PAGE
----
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2005-05-19: pre-order indigo girls' 'rarities' collection!, epic records e-mail list:

having contributed to a number of tribute albums, film soundtracks and benefits, the grammy-award winning indigo girls will now, for the first time, make available a unique collection of tracks called rarities on june 14th! with selections ranging from never-before-released tracks to hard-to-find covers and collaborations, rarities gives indigo girls' fans a chance to catch up on their extraordinary catalogue of recordings.

some of the previously unreleased tracks include "let me go easy," "winthrop," a demo of "ghost," a remix of "free in you" and "point hope." also included is one of amy ray's first compositions, "cold as ice"; concerning the song's title, she admits, "i always felt bad for using a foreigner title for my song." an ultra-rarity on the collection is an original emily saliers song called "walk your valley," which was recorded only once at a soundcheck. emily notes, "i felt sure no one would have a bootleg copy of this."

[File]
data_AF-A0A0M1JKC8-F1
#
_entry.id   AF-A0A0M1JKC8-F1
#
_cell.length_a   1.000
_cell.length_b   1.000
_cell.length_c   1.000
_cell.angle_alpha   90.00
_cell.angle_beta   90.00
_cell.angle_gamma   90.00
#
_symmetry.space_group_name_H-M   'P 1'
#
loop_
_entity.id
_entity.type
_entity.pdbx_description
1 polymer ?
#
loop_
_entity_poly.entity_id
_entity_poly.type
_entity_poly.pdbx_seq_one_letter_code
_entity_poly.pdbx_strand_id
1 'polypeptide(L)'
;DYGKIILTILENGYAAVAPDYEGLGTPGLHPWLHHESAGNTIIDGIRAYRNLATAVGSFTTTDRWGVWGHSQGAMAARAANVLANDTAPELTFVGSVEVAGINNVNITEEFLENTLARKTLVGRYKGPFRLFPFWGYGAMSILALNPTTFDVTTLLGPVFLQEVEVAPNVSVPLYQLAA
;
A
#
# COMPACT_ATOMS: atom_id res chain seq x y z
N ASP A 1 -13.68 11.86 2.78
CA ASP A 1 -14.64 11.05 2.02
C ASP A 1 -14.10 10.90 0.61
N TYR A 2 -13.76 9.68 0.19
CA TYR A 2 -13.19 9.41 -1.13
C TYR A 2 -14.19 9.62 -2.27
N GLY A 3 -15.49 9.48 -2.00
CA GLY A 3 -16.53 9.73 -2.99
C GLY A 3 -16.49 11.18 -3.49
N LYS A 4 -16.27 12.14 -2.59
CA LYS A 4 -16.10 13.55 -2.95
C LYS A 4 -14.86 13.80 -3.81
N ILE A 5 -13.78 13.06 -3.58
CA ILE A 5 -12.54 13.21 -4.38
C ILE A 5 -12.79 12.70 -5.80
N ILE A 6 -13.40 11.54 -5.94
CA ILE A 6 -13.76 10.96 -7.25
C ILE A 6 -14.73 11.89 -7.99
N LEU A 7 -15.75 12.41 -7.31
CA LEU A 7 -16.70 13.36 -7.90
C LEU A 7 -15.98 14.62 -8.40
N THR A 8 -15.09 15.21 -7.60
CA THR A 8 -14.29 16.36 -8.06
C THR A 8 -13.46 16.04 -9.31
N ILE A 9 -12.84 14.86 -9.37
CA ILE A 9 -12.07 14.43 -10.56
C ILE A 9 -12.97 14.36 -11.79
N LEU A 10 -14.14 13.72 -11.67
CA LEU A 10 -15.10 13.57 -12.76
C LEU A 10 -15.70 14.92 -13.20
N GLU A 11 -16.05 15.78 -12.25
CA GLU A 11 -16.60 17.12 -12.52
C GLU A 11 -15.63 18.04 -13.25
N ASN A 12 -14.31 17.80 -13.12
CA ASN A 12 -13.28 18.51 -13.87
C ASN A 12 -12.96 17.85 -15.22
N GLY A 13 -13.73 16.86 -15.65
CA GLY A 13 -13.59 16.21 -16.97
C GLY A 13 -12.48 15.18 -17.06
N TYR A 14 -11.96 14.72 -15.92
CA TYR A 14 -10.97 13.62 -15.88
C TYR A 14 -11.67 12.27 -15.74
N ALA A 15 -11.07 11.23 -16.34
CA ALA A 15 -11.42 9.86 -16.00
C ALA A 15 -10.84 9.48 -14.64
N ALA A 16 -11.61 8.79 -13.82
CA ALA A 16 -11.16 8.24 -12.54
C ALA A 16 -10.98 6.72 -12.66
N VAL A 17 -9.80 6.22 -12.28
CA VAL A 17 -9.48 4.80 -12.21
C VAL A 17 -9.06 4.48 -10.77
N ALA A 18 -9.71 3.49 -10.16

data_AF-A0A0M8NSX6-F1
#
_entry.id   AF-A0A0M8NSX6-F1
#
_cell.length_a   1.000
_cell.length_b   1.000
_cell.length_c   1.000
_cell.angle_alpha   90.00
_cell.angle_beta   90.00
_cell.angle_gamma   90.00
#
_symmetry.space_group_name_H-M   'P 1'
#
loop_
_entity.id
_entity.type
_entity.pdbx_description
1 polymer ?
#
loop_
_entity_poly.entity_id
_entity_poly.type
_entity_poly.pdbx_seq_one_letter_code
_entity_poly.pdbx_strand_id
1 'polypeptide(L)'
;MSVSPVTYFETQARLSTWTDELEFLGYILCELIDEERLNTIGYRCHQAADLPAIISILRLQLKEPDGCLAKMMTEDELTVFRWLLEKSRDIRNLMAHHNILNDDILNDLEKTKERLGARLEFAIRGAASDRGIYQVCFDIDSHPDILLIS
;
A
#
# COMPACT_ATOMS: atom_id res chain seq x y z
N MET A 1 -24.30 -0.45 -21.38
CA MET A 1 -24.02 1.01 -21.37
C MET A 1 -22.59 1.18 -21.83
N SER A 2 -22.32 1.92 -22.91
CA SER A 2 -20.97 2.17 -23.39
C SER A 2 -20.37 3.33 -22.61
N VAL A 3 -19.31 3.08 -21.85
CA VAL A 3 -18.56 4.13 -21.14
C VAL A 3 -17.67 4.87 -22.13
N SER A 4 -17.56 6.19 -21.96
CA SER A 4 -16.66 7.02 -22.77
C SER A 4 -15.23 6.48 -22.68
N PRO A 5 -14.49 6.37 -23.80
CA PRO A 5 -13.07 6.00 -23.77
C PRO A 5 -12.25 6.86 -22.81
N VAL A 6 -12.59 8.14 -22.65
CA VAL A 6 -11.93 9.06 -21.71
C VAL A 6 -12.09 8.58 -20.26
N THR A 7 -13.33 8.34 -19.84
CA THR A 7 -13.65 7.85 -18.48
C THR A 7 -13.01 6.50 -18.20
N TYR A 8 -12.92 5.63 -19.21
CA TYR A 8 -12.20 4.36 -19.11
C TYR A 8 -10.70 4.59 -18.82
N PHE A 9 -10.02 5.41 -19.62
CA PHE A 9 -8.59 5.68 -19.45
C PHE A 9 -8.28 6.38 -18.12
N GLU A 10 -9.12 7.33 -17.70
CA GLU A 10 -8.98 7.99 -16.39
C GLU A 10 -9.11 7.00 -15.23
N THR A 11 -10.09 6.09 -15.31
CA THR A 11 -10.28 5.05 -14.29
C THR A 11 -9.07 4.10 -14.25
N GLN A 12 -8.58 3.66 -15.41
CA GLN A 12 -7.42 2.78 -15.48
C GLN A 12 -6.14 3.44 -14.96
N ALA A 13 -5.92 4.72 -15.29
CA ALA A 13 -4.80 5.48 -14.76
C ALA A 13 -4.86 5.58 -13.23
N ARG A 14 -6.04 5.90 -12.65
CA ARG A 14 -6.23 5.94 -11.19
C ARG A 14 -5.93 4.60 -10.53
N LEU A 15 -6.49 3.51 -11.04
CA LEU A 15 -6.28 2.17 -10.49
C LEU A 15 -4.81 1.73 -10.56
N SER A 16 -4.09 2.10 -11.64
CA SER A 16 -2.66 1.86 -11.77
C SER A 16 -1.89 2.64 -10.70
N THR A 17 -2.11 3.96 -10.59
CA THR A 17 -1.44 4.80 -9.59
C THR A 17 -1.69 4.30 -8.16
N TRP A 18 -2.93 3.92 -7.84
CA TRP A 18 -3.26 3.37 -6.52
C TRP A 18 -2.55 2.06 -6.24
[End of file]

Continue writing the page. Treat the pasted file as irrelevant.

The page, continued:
the covers include "clampdown" from 1999's burning london - the clash tribute, "i don't wanna talk about it" from the 1993 soundtrack to philadelphia (originally by neil young's backing band, crazy horse, but later popularized by rod stewart), vic chestnut's "free of hope" from 1996's sweet relief ii: gravity of the situation, "uncle john's band" from 1991's deadicated: a tribute to the grateful dead and their cover of ferron's "it won't take long" from 1995's spirit of '73: rock for choice.